• Without intervention, children in central Uganda have little hope of overcoming their circumstances and becoming happy, healthy, productive adults.
COMMUNITY
Uganda Community
Issues and Concerns
  • Unemployment is a critical issue in Kampala. Groups in Uganda occasionally hold demonstrations against the government. However, economic improvement is slow, and urban Ugandans continue to live in conditions of great suffering and need.
  • Because of the lack of opportunities, many of the city’s youths fall prey to drug abuse, crime and gang activity.
  • A large part of the capital city is located in a flood-prone region. The seasonal floods often lead to outbreaks of cholera and other illnesses caused by drinking unclean water.
  • Also, standing water — a prime breeding ground for mosquitoes — leads to thousands of cases of malaria each year. Children are affected more often than adults.
Local Needs and Challenges

Bad influences

Young people are faced with such pervasive influences as drug and alcohol abuse and the temptation to join violent gangs.

Imported media

Most TV and radio programs for youths are imported in developing countries, so much of the content isn’t relevant to local culture and often conveys violent images.

Domestic issues

Other dangers to children include sexual abuse and neglect, domestic violence, and disintegration of families.

Health dangers

Malaria, HIV and AIDS, malnutrition and lack of access to clean water also threaten children’s health.

EDUCATION
Uganda education
Schools and Education
  • The school year in Uganda has three terms: February through April, the end of May through mid-August, and early September to late November.
  • Students typically attend school about 250 days each year.
  • Among Uganda’s population, only 66 percent of those age 15 and over are able to read or write.
  • Among women, fewer than 58 percent are literate.

Compassion Uganda works to ensure that every registered child is able to attend school, and it provides additional support, including tutoring, at the child development centers.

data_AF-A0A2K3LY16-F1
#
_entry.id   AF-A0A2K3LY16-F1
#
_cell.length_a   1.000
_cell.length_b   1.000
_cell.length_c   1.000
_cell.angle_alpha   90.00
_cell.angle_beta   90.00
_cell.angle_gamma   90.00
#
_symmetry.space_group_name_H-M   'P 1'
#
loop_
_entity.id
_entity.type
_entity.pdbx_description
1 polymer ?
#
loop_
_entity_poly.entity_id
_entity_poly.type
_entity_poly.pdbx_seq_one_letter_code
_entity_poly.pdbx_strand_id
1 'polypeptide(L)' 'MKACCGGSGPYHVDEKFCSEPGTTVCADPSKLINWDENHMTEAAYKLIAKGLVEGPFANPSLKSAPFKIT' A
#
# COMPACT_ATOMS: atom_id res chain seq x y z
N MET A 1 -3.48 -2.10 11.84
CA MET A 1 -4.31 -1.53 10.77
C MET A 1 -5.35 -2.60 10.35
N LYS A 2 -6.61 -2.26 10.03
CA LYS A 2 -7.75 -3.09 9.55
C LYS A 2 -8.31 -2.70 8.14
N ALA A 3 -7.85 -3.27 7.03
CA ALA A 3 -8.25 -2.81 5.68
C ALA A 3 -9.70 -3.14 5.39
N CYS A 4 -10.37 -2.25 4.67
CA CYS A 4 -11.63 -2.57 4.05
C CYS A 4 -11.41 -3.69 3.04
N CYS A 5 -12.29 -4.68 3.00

At the Compassion Child Development Center

Compassion child development centers provide registered children in central Uganda with the resources and learning opportunities they need to overcome poverty.

Medical attention, extra nutrition, academic tutoring and vocational training help ensure that they will grow into healthy, happy, responsible adults.

Most important, the children have the opportunity to learn about the love of God and gift of salvation in Christ.

What Compassion Sponsorship Provides

In partnership with local churches, Compassion is bringing real help and hope to impoverished children in central Uganda, providing:

  • regular nutritious meals and snacks
  • health checkups and medical care as needed
  • the support needed to attend school
  • training in their rights and how to defend themselves against abuse
  • the Compassion curriculum of holistic child development, adapted to Ugandan children’s culture and needs
  • lessons that help children learn how to manage conflict and negative emotions
  • training in good parenting practices for caregivers, including healthy ways to discipline
  • income-generation training and opportunities for caregivers
  • education about God’s love and the life-transforming power of salvation in Christ